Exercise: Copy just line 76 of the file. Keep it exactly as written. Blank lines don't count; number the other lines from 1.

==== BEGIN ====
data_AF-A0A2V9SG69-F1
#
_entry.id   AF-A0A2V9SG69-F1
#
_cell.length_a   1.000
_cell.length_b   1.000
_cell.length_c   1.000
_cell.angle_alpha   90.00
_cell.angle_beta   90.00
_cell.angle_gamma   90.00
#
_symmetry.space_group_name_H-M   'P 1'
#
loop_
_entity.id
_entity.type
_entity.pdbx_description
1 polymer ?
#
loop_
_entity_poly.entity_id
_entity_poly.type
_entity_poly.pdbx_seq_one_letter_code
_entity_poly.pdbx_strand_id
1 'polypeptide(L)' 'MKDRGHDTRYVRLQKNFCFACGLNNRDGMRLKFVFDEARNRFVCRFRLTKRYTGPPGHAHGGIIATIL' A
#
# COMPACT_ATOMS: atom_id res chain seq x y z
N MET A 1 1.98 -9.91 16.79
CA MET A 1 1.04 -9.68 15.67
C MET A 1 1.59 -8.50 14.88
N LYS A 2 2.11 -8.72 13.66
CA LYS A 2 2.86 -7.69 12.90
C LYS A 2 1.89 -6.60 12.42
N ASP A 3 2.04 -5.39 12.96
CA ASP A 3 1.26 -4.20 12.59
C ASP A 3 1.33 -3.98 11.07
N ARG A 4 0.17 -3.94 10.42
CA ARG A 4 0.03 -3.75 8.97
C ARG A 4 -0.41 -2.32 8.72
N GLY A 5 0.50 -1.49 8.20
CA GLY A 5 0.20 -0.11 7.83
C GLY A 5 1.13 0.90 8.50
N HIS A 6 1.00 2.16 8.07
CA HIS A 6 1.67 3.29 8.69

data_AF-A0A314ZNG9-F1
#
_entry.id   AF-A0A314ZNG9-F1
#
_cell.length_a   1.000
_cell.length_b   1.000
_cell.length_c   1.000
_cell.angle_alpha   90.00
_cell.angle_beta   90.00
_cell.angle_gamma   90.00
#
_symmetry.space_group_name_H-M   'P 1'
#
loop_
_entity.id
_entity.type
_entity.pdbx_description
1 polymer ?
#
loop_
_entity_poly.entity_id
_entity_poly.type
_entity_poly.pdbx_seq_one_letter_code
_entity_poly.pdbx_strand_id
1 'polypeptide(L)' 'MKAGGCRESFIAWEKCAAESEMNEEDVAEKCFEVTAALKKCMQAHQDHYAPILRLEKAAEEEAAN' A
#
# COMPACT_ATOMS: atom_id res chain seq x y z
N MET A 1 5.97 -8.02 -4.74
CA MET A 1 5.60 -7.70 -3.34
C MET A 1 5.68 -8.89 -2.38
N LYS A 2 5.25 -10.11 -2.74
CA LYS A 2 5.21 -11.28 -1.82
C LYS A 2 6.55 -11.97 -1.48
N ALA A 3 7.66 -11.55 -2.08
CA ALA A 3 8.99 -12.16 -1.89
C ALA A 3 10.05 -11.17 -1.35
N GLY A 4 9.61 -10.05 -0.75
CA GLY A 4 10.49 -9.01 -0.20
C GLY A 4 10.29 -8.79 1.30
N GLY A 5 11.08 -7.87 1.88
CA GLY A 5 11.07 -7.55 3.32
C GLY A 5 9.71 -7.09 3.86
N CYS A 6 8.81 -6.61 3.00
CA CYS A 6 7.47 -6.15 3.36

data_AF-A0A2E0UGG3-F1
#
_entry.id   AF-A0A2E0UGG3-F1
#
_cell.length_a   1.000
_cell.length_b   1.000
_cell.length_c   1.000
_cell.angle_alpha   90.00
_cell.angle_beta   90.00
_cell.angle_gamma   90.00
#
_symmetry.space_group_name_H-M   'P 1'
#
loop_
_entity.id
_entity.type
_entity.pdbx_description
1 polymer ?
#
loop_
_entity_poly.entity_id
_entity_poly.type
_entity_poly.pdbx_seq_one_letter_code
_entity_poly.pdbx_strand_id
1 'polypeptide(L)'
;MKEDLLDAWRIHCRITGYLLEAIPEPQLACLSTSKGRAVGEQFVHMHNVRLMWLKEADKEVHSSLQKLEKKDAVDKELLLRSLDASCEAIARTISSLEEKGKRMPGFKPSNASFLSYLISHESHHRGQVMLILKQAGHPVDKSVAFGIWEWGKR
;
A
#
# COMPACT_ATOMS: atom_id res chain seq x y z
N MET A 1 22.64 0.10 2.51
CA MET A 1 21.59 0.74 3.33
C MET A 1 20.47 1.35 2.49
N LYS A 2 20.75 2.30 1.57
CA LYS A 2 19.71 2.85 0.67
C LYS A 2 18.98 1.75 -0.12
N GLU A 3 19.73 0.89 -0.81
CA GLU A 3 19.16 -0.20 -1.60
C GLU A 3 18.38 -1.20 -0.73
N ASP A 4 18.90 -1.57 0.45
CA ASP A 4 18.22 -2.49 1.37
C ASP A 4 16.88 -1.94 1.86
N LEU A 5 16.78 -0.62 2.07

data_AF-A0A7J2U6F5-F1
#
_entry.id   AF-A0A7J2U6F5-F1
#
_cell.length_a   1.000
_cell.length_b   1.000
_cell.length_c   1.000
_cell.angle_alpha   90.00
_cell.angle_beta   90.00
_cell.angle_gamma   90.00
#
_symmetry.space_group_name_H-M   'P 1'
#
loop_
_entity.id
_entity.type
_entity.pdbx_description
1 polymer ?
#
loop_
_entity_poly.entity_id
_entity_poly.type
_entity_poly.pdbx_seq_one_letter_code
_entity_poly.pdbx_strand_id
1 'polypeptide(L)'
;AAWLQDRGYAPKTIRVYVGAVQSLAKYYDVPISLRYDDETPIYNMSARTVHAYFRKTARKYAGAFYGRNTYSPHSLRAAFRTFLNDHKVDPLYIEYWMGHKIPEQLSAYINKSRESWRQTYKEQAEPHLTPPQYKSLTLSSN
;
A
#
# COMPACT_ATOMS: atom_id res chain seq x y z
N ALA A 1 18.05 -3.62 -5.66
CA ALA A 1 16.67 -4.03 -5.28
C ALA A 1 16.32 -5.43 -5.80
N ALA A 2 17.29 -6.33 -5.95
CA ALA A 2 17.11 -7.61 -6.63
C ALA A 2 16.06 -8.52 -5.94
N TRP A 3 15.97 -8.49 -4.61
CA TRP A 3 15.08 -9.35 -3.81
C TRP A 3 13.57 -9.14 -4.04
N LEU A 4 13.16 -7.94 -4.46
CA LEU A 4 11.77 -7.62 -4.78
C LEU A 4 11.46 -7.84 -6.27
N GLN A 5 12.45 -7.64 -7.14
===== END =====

CA LYS A 2 5.21 -11.28 -1.82